Commencement Matters

Seanad Reform

When the people of Ireland voted in a referendum not to amend the Constitution to abolish Seanad Éireann, the then Taoiseach, Deputy Enda Kenny, indicated at the time that he regarded this as a wallop. After a period of time he said that he would take the path of reform. Acting on foot of the programme for Government acceptance and inclusion of the Manning report, I and other Senators brought forward the Bill which was annexed to the report of the Manning committee to implement its proposals for the reform of the Seanad.

That Bill was considered on Second Stage, the Stage on which the principle of the matter is decided. When the Second Stage debate was over, the Government parties did not oppose its passage to the next Stage. At that point, I was informed that the then Taoiseach wished to address the matter in this House. He came to the House and told us that it was his intention to establish an all-party implementation group to push forward the implementation of the Manning committee report. I and others were left with the strong impression that as soon as the implementation group was formed, there would be progress on the Bill. That was a year ago and nothing has happened on the implementation group. After considerable pressure, the former Taoiseach invited various groups in both Houses of the Oireachtas to contribute Members to the implementation group, but that process appears to have stalled as well.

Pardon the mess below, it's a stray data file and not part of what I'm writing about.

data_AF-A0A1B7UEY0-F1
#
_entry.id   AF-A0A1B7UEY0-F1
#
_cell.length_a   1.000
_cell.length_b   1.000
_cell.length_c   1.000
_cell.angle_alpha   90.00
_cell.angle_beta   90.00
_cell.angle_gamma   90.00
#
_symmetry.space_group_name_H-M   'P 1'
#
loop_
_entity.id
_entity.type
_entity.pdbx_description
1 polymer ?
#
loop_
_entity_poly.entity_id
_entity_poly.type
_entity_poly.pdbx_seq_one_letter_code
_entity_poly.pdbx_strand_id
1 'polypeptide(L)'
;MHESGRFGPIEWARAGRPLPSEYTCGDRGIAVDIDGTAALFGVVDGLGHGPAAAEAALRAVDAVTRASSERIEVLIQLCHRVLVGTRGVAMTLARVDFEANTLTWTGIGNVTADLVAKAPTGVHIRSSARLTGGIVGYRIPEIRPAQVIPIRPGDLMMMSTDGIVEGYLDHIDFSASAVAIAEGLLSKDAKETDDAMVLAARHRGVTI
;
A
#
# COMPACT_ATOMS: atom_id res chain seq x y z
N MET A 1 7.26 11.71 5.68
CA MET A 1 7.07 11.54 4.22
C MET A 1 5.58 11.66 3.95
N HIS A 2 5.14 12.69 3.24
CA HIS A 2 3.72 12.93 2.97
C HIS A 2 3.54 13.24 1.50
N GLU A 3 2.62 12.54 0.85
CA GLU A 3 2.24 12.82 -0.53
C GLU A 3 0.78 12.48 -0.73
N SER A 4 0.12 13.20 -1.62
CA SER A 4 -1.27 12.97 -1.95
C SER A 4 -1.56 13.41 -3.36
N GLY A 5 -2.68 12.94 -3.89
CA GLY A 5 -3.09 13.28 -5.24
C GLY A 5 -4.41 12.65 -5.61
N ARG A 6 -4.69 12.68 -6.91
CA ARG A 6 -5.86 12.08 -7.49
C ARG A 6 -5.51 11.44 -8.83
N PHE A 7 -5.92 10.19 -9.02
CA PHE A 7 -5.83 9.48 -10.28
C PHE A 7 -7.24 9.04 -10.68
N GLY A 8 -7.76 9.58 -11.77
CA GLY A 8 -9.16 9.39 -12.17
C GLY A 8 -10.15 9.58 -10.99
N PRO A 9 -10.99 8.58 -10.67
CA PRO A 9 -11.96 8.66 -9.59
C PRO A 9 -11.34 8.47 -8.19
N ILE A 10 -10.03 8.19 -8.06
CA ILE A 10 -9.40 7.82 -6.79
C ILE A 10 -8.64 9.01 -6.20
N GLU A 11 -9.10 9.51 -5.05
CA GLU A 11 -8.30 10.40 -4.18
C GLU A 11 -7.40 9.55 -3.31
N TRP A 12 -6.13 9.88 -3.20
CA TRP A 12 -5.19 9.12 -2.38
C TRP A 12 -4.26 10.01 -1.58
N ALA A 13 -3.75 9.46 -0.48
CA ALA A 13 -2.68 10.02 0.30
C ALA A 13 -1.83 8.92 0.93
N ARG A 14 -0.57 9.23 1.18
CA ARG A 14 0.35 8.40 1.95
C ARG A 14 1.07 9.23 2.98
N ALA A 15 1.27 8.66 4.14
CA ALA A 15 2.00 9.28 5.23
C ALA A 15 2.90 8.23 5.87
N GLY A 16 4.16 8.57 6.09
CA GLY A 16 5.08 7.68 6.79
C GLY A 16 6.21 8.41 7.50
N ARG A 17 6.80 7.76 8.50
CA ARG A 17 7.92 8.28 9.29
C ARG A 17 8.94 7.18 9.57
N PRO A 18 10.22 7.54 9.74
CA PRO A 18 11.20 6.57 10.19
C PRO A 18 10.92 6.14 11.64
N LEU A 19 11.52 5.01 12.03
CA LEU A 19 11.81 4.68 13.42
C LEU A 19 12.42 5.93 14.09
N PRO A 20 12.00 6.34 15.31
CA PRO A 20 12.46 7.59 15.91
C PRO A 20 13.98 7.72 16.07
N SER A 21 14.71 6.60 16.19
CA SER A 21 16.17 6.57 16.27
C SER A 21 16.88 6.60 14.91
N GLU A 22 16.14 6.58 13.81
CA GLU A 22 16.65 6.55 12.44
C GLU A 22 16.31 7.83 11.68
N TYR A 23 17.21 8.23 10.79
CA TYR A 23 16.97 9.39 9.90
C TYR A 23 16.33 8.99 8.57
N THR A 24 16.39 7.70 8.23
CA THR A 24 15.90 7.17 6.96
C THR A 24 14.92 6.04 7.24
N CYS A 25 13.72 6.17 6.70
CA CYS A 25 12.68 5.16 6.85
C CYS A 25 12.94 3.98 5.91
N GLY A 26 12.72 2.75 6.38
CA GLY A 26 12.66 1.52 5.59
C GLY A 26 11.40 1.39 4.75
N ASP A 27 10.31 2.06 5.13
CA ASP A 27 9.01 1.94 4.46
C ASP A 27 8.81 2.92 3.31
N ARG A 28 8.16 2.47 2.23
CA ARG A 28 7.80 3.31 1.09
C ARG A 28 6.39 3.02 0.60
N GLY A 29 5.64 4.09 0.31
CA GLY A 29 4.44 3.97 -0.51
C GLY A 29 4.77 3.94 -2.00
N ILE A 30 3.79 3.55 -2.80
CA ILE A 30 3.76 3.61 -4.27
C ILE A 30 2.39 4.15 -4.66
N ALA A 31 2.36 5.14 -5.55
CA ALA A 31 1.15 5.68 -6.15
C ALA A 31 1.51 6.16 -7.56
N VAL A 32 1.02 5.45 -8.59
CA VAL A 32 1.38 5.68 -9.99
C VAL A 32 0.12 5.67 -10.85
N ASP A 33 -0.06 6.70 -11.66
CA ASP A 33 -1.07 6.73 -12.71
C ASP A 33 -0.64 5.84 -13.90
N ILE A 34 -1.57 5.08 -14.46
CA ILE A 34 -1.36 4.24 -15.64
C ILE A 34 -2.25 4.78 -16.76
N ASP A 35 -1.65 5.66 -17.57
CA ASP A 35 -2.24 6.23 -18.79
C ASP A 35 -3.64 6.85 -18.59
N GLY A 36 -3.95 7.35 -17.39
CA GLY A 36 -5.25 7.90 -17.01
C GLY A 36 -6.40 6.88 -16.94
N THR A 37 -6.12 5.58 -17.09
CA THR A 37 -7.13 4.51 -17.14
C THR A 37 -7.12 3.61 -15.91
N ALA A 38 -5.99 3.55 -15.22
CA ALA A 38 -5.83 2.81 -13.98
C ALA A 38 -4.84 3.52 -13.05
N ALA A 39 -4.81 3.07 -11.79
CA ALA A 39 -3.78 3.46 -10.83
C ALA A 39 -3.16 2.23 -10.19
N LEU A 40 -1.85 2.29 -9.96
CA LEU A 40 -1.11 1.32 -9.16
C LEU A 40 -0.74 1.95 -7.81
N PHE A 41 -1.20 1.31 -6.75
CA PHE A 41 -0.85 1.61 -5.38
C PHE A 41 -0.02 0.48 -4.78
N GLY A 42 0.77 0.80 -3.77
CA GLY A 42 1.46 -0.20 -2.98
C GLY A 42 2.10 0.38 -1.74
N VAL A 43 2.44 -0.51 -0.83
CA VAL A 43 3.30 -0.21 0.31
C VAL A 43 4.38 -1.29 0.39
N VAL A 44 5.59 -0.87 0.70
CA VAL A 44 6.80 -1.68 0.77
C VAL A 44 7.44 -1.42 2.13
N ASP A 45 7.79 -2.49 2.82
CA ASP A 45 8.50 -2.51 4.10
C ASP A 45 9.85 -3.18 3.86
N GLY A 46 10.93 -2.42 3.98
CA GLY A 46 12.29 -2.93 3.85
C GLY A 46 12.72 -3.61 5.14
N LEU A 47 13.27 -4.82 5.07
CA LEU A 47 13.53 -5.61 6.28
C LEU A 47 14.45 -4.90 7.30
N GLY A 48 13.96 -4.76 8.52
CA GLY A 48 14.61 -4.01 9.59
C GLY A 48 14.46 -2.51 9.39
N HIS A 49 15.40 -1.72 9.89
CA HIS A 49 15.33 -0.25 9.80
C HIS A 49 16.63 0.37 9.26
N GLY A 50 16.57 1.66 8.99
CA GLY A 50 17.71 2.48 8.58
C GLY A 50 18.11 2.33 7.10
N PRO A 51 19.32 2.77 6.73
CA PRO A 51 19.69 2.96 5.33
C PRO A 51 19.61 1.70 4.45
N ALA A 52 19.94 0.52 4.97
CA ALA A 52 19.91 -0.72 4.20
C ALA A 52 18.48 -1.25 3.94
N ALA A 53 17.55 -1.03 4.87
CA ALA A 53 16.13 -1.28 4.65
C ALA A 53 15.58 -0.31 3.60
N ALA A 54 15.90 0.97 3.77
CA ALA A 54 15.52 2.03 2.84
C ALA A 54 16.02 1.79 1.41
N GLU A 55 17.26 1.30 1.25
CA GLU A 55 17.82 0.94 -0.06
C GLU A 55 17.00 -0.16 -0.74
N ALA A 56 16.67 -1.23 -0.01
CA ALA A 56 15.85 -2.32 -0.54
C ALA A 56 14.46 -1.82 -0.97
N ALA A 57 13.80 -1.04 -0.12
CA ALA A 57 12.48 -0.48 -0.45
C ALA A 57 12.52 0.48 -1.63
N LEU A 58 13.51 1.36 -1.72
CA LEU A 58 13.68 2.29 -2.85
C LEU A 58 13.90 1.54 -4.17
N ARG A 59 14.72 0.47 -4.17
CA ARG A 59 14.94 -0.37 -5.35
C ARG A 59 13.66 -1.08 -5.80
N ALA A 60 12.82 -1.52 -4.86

In the recent leadership contest in the Fine Gael Party I noted that the candidate who is now the Taoiseach, Deputy Varadkar, put before his party colleagues the idea that a special panel would be created for emigrant voters. This is something that was not contemplated by the Manning report. He said nothing about the rest of the report. More recently, it has become clear that there is a total absence of commitment to the Manning report. Indeed, doubts were voiced at the most senior level within the Government as to whether it is wise or appropriate to proceed with the report.